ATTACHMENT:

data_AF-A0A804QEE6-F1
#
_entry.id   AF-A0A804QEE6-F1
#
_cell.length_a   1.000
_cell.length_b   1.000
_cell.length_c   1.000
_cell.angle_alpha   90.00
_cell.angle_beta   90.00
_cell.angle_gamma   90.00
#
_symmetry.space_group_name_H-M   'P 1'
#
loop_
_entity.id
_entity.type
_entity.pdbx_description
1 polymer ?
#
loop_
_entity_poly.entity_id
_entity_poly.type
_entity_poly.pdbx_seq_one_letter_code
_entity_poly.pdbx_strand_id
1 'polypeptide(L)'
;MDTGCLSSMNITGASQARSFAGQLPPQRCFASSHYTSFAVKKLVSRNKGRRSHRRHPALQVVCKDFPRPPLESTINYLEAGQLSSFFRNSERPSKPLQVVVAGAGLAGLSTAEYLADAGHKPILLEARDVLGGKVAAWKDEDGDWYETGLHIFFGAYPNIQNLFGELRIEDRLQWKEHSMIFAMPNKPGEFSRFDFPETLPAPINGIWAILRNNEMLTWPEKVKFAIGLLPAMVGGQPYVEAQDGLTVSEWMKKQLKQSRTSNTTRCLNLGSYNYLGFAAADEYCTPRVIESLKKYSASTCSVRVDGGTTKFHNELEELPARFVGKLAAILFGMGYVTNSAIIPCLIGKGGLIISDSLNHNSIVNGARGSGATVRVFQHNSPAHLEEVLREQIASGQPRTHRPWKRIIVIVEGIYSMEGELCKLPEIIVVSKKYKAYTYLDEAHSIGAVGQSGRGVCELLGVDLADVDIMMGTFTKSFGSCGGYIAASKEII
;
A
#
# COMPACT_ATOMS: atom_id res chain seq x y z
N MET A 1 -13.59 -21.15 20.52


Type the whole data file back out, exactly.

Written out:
data_AF-A0A804QEE6-F1
#
_entry.id   AF-A0A804QEE6-F1
#
_cell.length_a   1.000
_cell.length_b   1.000
_cell.length_c   1.000
_cell.angle_alpha   90.00
_cell.angle_beta   90.00
_cell.angle_gamma   90.00
#
_symmetry.space_group_name_H-M   'P 1'
#
loop_
_entity.id
_entity.type
_entity.pdbx_description
1 polymer ?
#
loop_
_entity_poly.entity_id
_entity_poly.type
_entity_poly.pdbx_seq_one_letter_code
_entity_poly.pdbx_strand_id
1 'polypeptide(L)'
;MDTGCLSSMNITGASQARSFAGQLPPQRCFASSHYTSFAVKKLVSRNKGRRSHRRHPALQVVCKDFPRPPLESTINYLEAGQLSSFFRNSERPSKPLQVVVAGAGLAGLSTAEYLADAGHKPILLEARDVLGGKVAAWKDEDGDWYETGLHIFFGAYPNIQNLFGELRIEDRLQWKEHSMIFAMPNKPGEFSRFDFPETLPAPINGIWAILRNNEMLTWPEKVKFAIGLLPAMVGGQPYVEAQDGLTVSEWMKKQLKQSRTSNTTRCLNLGSYNYLGFAAADEYCTPRVIESLKKYSASTCSVRVDGGTTKFHNELEELPARFVGKLAAILFGMGYVTNSAIIPCLIGKGGLIISDSLNHNSIVNGARGSGATVRVFQHNSPAHLEEVLREQIASGQPRTHRPWKRIIVIVEGIYSMEGELCKLPEIIVVSKKYKAYTYLDEAHSIGAVGQSGRGVCELLGVDLADVDIMMGTFTKSFGSCGGYIAASKEII
;
A
#
# COMPACT_ATOMS: atom_id res chain seq x y z
N MET A 1 -13.59 -21.15 20.52